Friday, January 30, 2009

Coyote Scat

Caedmon and I were wandering around our backyard yesterday, and we came across quite a large quantity of feces on the ground. Given Caedmon's age, it wasn't surprising that he wanted to investigate further; nor, given my interest in everything outdoors, was it surprising that I wanted to as well.

The feces looked like they might have come from a dog, and we've got a few large friendly beasts of that sort roaming our neighborhood. But we also see coyotes in our backyard periodically (I've never managed a good picture of one), and in fact, we had spotted one just two days ago. And it turns out that the feces in question appeared to have hair in them, which isn't normal for a domestic canine, nurtured on traditional dog food.

From Coyote Scat
From Coyote Scat

My suspicions were confirmed when, a few yards away, I spotted the (very) scattered remains of a small animal, probably a rabbit but perhaps a cat. Its fur was lying in patches over maybe a 15 square foot area.

From Coyote Scat
From Coyote Scat

Given the substantial quantity of feces, I have to imagine that one or more coyotes have been frequenting this site for some time.  I don't really mind coyotes except when they eat our cats (we've lost two over the years), but it's still a little odd that we've apparently got one holed up in our backyard.

Needless to say, Caedmon was fascinated by all of this, and even managed to step repeatedly into the feces in question, smearing them all over his shoe. Lovely.

From Caedmon (17 Months)

Monday, January 5, 2009

Chatting with Charlie about Gaza Part 2

My pastor and I had coffee today, to discuss and compare our different views on the current situation in Gaza. Our perspectives, of course, don't entirely mesh: I'm more likely to find Israel's actions in Gaza defensible (though not entirely so), and he's more likely to find them reprehensible (though not entirely so). Charlie and I have always had the ability to debate collegially and disagree while remaining friends, and today was no different: neither of us particularly changed our minds, but we were each able to talk about our perspectives, and learn from the other.

One interesting aspect of our conversation is that while we continued to disagree on where the (primary) blame lay for the latest round of violence, we were largely able to agree on what needed to happen next. I don't want to speak for Charlie, but this is what I hope Israel does in the coming months:

  1. Once the cease-fire is in place, Israel should immediately lift its blockade on Gaza, and invest in rebuilding the infrastructure its military has destroyed. Israel has made it clear to Gaza and to the world that it wields a very large stick; it should show Gaza an even more substantial carrot.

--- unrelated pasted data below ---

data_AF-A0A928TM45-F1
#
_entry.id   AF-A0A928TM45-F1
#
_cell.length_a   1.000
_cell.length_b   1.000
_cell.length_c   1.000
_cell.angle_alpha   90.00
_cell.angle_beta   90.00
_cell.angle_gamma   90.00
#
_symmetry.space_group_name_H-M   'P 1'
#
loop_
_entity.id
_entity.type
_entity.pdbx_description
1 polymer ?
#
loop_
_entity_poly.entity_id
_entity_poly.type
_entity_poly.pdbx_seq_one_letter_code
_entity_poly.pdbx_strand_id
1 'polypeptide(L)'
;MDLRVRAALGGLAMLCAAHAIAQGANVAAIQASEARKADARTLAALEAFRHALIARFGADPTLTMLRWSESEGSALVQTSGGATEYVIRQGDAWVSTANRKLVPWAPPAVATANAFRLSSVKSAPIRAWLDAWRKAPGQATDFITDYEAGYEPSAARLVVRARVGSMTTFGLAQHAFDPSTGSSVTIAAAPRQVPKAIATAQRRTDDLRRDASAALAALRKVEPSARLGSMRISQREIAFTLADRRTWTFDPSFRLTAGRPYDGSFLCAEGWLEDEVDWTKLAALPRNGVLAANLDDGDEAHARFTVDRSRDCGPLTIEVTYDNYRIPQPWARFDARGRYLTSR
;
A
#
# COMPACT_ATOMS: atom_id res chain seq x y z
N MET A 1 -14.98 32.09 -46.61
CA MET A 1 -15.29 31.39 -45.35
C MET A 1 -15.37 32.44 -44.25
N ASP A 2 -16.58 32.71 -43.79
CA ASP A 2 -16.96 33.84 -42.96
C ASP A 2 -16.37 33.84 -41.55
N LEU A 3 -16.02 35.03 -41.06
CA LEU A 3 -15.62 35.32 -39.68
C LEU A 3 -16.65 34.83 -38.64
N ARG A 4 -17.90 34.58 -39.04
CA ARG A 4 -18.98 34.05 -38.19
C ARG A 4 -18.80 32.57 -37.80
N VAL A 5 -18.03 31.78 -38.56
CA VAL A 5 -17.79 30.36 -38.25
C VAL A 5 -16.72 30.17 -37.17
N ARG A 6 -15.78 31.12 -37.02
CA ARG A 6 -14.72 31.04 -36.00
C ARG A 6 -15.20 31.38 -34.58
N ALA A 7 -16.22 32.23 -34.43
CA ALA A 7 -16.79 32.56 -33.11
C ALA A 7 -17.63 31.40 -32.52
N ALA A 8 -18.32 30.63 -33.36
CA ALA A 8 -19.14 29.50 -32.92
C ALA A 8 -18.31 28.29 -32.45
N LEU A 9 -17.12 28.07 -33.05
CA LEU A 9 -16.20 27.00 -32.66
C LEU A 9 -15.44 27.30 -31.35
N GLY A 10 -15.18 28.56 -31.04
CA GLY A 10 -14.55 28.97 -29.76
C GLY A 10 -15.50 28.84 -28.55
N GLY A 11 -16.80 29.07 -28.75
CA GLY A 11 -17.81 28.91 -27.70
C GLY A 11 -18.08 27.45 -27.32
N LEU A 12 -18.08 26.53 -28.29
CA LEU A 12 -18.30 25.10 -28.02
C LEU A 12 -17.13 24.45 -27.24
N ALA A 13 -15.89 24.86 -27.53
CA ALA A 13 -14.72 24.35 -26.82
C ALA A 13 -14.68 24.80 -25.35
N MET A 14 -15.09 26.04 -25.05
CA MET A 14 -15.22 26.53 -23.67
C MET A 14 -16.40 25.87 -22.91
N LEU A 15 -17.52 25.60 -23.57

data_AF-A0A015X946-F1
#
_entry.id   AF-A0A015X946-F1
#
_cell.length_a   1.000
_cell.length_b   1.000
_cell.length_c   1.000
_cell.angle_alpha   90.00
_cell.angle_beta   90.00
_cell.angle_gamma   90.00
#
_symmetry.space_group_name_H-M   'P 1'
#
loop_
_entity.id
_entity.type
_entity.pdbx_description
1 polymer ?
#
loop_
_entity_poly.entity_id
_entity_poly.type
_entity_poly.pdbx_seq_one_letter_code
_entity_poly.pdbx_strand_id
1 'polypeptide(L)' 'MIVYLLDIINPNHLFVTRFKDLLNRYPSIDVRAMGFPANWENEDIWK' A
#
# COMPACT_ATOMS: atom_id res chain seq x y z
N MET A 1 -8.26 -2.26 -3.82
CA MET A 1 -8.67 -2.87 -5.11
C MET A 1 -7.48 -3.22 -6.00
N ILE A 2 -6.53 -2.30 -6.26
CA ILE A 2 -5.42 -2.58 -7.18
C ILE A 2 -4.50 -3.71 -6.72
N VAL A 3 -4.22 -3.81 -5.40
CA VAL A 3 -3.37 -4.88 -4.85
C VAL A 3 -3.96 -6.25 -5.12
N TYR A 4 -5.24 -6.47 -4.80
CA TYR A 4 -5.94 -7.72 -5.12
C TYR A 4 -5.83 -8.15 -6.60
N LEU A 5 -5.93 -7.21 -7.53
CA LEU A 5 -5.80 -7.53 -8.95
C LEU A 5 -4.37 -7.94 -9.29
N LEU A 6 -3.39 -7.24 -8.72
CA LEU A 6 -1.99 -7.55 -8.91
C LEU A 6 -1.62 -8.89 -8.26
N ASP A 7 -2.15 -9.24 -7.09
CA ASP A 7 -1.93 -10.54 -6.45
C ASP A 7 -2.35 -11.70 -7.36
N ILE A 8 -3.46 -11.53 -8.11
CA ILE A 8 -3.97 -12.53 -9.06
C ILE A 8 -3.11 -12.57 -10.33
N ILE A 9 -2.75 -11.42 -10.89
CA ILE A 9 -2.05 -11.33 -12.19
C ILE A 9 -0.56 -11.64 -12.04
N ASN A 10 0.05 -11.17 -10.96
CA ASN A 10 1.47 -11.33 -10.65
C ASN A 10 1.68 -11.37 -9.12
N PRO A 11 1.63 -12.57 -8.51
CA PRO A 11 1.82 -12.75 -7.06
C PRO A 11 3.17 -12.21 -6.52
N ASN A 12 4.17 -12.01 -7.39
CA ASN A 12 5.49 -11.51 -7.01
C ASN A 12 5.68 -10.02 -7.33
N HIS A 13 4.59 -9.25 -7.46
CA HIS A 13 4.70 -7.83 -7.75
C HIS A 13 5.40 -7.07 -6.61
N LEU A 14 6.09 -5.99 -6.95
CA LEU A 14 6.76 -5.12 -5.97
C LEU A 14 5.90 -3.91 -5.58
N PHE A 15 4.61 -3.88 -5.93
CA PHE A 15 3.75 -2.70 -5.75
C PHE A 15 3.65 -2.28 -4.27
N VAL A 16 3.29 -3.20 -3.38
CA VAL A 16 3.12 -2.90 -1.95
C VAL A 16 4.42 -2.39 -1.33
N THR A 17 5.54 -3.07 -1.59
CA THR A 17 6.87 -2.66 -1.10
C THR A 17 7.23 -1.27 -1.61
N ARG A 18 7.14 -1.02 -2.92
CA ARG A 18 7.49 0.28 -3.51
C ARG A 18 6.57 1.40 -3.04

2. Israel should look the other way for a few months. I can't imagine that Hamas and Islamic Jihad (or their remnants and successors) will allow an attack of this size to pass without an attempt at retribution, cease-fire or no. If Israel is serious about peace, it should plan on ignoring several major violations of the cease-fire in the coming months, without re-imposing the blockade or responding with more violence. But Israel should also make it plain to Hamas (or its remnants) that its patience is limited, and that if violence continues beyond a very short period, Israel will wield an even larger stick, with even more dire consequences.
  3. Israel should enforce its own ban on settlement-building in any contested territory, and the government should bend over backwards to ensure that its courts offer quick and fair hearings for any Palestinian lawsuits over contested land. It shouldn't take a Palestinian farmer five years to evict illegal settlers. And it should begin carrying out its own demolition orders.
  4. Israel should announce to the world that it acknowledges, in principle at least, that East Jerusalem is the legitimate capital of Palestine, and will negotiate the many remaining sticky details with Fatah in good faith.
  5. If this calms things down, in several months, Israel should begin the release of Palestinian political prisoners who are not guilty of actual bloodshed.

I don't think Israel should do these things because it has been wrong and its enemies are right: I think Israel should do these things because its people want peace, and it has the strength to make peace, if it has the will to do so.